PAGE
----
Did you try the example code i did provide? I'm 100% sure it's a software issue, as soon there is no reverb effect i have no such behaviour. Think it shouldn't matter, but are you running teensy 3.6 as well?

    Same behaviour both on Audioshield and internal Dacs. Earphones with loud volume is recommended. If i have time i'll upload an audio clip tommorow that's normalized for higher volume.

    To bad reverb programming is out of my league

  6. #6
    This really intrigued me so I tried it. I used the code from the first post, but I added USB so I could record directly into Audacity and not lose any fidelity.

    The tone is there. Audacity says it's about -57dB down, so I added +20dB using the slider. That was loud enough that I could play it into a Spectroid (an Android app) and see the tone was about 980Hz. At least I think it was.

    I tried a few things (added damping, increased the amplitude of the sine oscillator) but nothing seemed to help. I guess you could add a filter after the freeverb to try to knock out that tone, that would be about the only suggestion I would have.

  7. #7
    Senior Member PaulStoffregen's Avatar
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    My best guess is this may be a numerical precision issue. I must confess, when I implemented Freeverb, I did most of the testing at default settings. Then near the end I added the 2 functions to adjust the settings, and some combinations ran into clipping or other numerical range problems. Since I'd already spent a lot more time than intended, without much idea whether anyone would really use Freeverb, as a last minute fix I set the internal numerical range very conservatively and made a mental note to someday improve it.

    Looks like that day has come. Or will come... I've put this on my list of issues to fix, but with Teensy 4.0 releasing soon, I can't work on this right now.

    If you want to try tinkering in the code, look for this (and remember there's 2 copies, for mono vs stereo)

    Code:
                    // TODO: scale numerical range depending on roomsize & damping
                    input = sat16(block->data[i] * 8738, 17); // for numerical headroom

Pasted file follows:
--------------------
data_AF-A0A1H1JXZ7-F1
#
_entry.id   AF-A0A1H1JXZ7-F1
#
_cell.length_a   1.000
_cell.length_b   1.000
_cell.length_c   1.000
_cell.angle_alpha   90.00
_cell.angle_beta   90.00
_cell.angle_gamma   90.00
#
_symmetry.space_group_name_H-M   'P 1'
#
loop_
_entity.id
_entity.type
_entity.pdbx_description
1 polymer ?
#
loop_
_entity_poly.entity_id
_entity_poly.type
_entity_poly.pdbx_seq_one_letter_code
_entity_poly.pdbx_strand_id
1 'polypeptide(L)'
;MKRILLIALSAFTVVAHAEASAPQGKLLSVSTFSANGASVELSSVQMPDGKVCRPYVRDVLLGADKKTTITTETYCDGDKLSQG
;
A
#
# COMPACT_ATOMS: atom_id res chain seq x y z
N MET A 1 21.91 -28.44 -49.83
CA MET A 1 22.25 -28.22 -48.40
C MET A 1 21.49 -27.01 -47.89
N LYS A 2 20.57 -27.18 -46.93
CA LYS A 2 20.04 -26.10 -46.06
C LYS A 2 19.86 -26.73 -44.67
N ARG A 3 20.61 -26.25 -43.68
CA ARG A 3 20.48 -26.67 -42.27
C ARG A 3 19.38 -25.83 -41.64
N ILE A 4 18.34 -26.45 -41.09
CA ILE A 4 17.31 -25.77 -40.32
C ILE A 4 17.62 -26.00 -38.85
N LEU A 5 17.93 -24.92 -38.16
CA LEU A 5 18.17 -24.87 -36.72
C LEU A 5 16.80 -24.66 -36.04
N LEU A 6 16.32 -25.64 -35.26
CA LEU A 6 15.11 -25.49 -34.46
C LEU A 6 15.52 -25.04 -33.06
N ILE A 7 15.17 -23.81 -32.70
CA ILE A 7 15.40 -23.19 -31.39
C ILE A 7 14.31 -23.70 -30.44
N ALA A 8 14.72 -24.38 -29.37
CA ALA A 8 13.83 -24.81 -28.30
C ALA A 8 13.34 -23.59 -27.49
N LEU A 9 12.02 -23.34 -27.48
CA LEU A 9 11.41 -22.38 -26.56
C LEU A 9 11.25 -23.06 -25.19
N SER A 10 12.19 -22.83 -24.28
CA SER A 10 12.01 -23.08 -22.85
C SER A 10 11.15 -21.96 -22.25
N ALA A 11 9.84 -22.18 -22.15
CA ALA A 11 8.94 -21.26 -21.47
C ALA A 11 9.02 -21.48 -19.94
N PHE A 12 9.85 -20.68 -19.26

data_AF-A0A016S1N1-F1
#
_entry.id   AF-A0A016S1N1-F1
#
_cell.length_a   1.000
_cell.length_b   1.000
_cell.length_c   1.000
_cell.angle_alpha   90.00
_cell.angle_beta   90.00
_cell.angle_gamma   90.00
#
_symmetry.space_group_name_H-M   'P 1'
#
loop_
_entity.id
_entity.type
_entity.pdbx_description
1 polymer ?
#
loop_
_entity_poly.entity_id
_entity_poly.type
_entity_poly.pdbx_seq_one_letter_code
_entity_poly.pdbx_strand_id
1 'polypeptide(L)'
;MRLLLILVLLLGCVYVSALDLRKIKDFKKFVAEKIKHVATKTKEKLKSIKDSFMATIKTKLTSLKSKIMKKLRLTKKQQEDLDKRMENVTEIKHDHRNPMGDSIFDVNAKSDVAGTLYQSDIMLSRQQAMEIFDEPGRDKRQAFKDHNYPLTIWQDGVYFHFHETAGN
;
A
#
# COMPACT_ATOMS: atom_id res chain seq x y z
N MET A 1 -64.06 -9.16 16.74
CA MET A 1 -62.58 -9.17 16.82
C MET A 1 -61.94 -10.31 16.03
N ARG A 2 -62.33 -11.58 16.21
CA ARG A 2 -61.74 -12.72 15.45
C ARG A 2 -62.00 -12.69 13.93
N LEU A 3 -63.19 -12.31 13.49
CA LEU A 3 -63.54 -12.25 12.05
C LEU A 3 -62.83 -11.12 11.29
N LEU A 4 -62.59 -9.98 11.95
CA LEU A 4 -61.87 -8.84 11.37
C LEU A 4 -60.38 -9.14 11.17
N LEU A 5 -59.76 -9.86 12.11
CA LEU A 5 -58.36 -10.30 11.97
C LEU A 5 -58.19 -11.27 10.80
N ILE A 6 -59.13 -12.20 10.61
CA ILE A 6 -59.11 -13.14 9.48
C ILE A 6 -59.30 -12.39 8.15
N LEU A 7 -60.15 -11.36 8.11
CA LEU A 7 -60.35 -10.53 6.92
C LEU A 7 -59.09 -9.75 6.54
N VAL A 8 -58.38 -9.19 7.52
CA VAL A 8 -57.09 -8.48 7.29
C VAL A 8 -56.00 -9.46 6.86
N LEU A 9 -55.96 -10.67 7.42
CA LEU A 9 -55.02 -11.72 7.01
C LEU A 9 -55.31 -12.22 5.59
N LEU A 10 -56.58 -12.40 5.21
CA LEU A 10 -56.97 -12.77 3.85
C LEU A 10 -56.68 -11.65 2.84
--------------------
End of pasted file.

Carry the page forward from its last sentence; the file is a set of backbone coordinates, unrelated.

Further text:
and also this near the end:

    Code:
                    outblock->data[i] = sat16(output * 30, 0);
    The ugly truth is those constants (8738, 17, 30, 0) are just numbers I made up... doing some not-so-precise listening tests, admittedly when I was tired of working on Freeverb and kinda desperate to just wrap it up and move on to so many other things so many other people want.

    As a starting point, try increasing 8738, or decrease 17 to 16 or maybe even 15. The output will get louder, maybe even start clipping. Decrease 30 if the output clips. If the sound is distorted or otherwise terrible no matter what you do with the output scaling, then you know you've definitely gone too far.

    If you gain any insight about what these scaling numbers ought to be, please share here. As you can see from the comment in the code, the required scaling (probably) varies quite a lot depending on the 2 parameters, so please be sure to mention what you used for both of roomsize and damping.

  8. #8
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    Will absolutely share if i find some values that works better. Thanks! Can't wait to get my hands on a T4

  9. #9
    Member ETMoody3's Avatar
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    Been busy. Actually, no I did not try the code, I recreated the conditions in a far more complicated device I built that uses the Freeverb. This code I used has live controls for room size and dampening so it seemed to me a reasonable thing to try...seeing that adding those would have changed the example provided.

    I am using a band pass filter afterwards, which is likely why I don’t hear it.

    @Paul : Freeverb is kinda sorta loved by open source musicking types. I’ve been using the VST for years. I was tickled to see it ported. I’ll poke around in that source as well. ( I’d like to see a pre-delay aka early reflection control )